Free Trade Must Be Fair Trade by Rep. Phil Hare

In baseball, if the pitcher on one team must throw off of a mound 90 feet from home plate while his opponent is allowed to stand 30 feet closer, that is an uneven playing field.

And if the umpire refuses to enforce any of the rules of the game, you have an all-around flawed process.

The same fundamental principle goes for our trade policies - with much more serious consequences for the failure to require fairness.

As such, Congress cannot support unfair trade agreements destined to outsource more American jobs to countries that systematically violate human rights.

And we cannot defer to an administration unwilling to hold any of the key players accountable for their actions.

I certainly support free trade. But trade must also be fair. Unfortunately, the pending trade agreements with Peru , Panama , Korea and Colombia follow the same flawed NAFTA model that resulted in the hemorrhaging of good paying jobs in America and a race to the bottom in Mexico .

I have seen the effects of unfair trade policies in my home state. The manufacturing sector, historically a key component of a once-thriving Midwest economy, has seen 3 million jobs lost to NAFTA. And our trade deficit has gone from $100 billion to over $700 billion since its passage.

The four pending free trade agreements will only make this problem worse.

NAFTA's dreadful record of job loss makes it clear that American workers will suffer if these carbon-copy agreements are enacted.

But our trade policies have become a global problem, as illustrated by worker protests in Peru , Panama , Korea and Colombia against their pending agreements, in addition to objections by countries with which we already trade, such as Mexico .

While the agreement reached between congressional Democrats and the White House regarding labor and environmental standards sounds good on paper, there is little evidence that the Bush administration will change course and enforce these rights for the first time.

In addition, I remain concerned that improved labor and environmental standards will be made a part of side deals, which have historically been ignored.

The Peru and Panama deals look ominously similar to the Jordan free trade agreement, which also was hailed for including improved labor and environmental standards.

But a year after the free trade agreement was enacted, the White House trade representative sent Jordan a letter informing them that the U.S. would not enforce those standards.

Jordan is now home to extensive slave labor and human trafficking, and the Bush administration has sat on its hands in response.

We cannot let history repeat itself. I am particularly troubled by the pending agreements with Colombia and Korea . As the Houston Chronicle reported this summer, " Colombia is the most dangerous place for labor unions - over the past 15 years, some 2,000 union members have been assassinated in Colombia , more than the rest of the world's nations combined."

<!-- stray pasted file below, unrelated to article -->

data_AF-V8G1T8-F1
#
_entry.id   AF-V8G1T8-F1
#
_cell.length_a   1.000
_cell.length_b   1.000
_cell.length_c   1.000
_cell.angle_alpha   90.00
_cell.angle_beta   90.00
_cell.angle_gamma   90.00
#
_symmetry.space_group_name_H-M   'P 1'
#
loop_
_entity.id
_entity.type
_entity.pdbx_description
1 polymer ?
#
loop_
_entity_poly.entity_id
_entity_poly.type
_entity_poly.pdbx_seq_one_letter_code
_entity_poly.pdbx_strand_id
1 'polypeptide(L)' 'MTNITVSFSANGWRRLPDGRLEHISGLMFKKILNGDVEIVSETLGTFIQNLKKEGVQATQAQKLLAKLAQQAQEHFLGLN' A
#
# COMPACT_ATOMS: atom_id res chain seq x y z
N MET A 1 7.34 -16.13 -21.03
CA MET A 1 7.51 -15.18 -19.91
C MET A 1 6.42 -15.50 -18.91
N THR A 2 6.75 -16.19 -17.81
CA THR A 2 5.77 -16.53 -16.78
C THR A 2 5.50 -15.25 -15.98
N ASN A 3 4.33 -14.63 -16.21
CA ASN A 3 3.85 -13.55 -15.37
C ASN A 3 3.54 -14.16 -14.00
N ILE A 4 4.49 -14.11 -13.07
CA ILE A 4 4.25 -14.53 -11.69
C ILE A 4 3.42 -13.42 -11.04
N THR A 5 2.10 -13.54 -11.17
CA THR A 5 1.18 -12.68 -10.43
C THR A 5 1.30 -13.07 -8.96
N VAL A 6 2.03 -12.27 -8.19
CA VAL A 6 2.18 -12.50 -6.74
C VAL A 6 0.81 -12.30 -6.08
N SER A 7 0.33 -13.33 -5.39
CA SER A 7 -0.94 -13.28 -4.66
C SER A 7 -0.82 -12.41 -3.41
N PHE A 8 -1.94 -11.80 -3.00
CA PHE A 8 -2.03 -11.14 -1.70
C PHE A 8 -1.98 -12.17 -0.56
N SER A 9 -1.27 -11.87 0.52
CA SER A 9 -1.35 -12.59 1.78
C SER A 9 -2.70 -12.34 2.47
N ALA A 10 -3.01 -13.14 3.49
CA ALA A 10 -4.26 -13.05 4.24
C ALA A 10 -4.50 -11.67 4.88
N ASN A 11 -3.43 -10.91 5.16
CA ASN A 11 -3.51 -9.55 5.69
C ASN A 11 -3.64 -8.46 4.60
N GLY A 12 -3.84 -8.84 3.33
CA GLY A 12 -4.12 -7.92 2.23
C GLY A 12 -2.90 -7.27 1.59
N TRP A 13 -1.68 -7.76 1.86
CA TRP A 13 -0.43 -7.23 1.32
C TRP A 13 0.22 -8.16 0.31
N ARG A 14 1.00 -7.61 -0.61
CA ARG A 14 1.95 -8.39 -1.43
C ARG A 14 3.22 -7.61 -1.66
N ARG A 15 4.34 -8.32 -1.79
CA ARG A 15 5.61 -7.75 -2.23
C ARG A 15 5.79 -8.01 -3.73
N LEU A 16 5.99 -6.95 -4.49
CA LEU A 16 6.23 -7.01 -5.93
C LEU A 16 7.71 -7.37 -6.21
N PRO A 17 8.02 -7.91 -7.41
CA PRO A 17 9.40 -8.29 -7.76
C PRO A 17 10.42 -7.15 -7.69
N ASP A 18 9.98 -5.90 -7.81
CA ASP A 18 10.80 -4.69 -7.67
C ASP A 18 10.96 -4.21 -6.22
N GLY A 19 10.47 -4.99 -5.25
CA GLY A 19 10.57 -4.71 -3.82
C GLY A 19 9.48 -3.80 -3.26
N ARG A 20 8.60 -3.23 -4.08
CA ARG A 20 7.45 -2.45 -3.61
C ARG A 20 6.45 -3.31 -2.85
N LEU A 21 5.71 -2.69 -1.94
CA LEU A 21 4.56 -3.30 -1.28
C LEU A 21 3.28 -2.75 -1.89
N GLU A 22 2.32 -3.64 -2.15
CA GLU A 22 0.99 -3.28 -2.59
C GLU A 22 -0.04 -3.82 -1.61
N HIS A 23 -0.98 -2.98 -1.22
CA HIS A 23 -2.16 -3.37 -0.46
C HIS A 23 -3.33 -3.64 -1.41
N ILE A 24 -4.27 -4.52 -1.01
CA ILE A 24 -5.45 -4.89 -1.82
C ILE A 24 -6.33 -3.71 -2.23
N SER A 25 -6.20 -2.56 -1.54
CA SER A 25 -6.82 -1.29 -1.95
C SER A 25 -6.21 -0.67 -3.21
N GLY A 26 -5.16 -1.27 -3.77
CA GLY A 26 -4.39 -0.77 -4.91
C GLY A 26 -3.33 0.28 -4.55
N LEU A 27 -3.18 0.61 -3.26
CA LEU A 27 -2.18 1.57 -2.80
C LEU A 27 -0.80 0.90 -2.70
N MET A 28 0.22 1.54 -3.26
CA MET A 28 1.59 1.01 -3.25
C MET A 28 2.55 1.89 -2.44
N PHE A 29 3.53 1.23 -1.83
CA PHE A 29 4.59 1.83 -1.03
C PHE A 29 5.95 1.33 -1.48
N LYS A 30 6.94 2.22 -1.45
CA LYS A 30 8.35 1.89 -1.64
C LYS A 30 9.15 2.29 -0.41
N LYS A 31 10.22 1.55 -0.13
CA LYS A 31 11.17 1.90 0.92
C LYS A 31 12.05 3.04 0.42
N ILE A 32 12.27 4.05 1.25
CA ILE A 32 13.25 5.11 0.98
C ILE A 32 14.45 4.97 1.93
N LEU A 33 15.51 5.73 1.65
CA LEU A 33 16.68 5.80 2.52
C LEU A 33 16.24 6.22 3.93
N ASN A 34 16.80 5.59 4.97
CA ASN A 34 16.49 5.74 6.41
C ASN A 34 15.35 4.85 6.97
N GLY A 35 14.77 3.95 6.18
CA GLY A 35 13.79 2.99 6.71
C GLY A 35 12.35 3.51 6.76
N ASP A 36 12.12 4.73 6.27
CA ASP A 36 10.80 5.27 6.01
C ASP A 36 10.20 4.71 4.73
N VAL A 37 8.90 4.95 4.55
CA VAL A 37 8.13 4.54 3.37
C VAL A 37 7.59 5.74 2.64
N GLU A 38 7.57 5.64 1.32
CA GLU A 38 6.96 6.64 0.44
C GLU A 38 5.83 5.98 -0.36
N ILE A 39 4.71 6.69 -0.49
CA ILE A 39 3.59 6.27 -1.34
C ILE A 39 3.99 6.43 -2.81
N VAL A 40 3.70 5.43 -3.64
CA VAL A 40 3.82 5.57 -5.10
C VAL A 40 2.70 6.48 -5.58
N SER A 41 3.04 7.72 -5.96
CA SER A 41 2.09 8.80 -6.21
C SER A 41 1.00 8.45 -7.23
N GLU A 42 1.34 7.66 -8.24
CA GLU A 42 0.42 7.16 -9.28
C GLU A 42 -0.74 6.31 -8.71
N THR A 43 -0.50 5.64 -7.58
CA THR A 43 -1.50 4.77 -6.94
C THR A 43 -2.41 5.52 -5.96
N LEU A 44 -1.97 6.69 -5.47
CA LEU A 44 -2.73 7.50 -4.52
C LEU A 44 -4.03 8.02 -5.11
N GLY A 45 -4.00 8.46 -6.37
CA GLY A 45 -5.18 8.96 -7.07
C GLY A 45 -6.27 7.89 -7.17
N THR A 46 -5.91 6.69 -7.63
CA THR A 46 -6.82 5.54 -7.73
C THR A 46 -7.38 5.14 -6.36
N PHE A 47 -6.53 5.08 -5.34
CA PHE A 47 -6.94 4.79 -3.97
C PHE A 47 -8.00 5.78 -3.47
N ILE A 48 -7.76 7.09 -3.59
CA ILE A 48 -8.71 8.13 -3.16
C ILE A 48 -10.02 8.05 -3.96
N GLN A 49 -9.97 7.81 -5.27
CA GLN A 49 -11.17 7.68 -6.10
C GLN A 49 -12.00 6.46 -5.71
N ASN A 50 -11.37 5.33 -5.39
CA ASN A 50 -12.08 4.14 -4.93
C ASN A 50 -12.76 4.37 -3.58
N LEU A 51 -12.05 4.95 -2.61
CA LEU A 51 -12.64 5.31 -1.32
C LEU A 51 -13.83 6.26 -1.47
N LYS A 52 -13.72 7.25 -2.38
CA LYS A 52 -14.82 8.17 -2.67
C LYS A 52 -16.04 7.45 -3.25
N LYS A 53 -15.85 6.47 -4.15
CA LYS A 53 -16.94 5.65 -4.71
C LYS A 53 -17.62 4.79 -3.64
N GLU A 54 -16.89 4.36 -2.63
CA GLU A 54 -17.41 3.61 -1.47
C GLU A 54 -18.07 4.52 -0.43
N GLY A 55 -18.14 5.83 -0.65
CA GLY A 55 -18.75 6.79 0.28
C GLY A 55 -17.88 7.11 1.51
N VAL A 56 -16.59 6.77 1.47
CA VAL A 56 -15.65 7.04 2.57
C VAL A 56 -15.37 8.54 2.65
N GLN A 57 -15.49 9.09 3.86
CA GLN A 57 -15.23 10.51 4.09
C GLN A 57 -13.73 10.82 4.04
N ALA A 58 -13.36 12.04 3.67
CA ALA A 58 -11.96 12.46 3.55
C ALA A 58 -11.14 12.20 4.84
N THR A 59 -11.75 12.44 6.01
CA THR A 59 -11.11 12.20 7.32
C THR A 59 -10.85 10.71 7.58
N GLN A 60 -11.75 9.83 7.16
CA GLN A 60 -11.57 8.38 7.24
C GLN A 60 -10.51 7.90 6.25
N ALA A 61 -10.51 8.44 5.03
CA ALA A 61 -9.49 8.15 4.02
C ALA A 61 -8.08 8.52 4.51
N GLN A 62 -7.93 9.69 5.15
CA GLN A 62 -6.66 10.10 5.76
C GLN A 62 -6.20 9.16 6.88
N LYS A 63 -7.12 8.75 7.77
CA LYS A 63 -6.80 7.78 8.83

The Korean agreement gives automakers unfettered access to the U.S. market without requiring Seoul to dismantle barriers that have kept the Korean market virtually closed to U.S. products. Last year, Korea exported 700,000 cars to the United States while U.S. carmakers sold only 4,000 cars in Korea .

The president has fast-tracked these agreements, which means Congress cannot submit amendments to create enforceable labor and environmental standards. Therefore, we have no alternative but to vote up or down on entire agreements.

I am pleased that President Bush's fast-track authority expired at the end of June. At this critical moment in history, Congress must reassert its constitutionally mandated authority over crafting our trade policies.

I campaigned on the issue of trade. And I was elected because I pledged to come to Washington and protect American jobs. Democrats won majorities in the House and the Senate in large part because of the failed trade policies pursued by President Bush and his allies in Congress.

Average working Americans, still reeling from the economic devastation caused by NAFTA, CAFTA, and other unfair trade deals, expect this Democratic Congress to change course now.

As one of eight freshmen in the House Trade Working Group, I am committed to fighting for a new direction on trade that protects American jobs while promoting labor and environmental standards. Fortunately, these two goals reinforce each other.

If we enforce labor rights and environmental protection abroad, international wages and environmental standards will improve, giving American corporations less reason to send their jobs overseas.

The American people are demanding that we reject the flawed NAFTA model that is devastating workers in all participating countries. We can rebuild our once-thriving manufacturing economy. And we can stop the outsourcing of U.S. jobs once and for all.

I urge my colleagues on both sides of the Capitol, Republican and Democrat, to find the courage to do so.


Rep. Phil Hare (D) is in his first term representing the 17th District of Illinois. He is a member of the House Trade Working Group and the Congressional Manufacturing Caucus.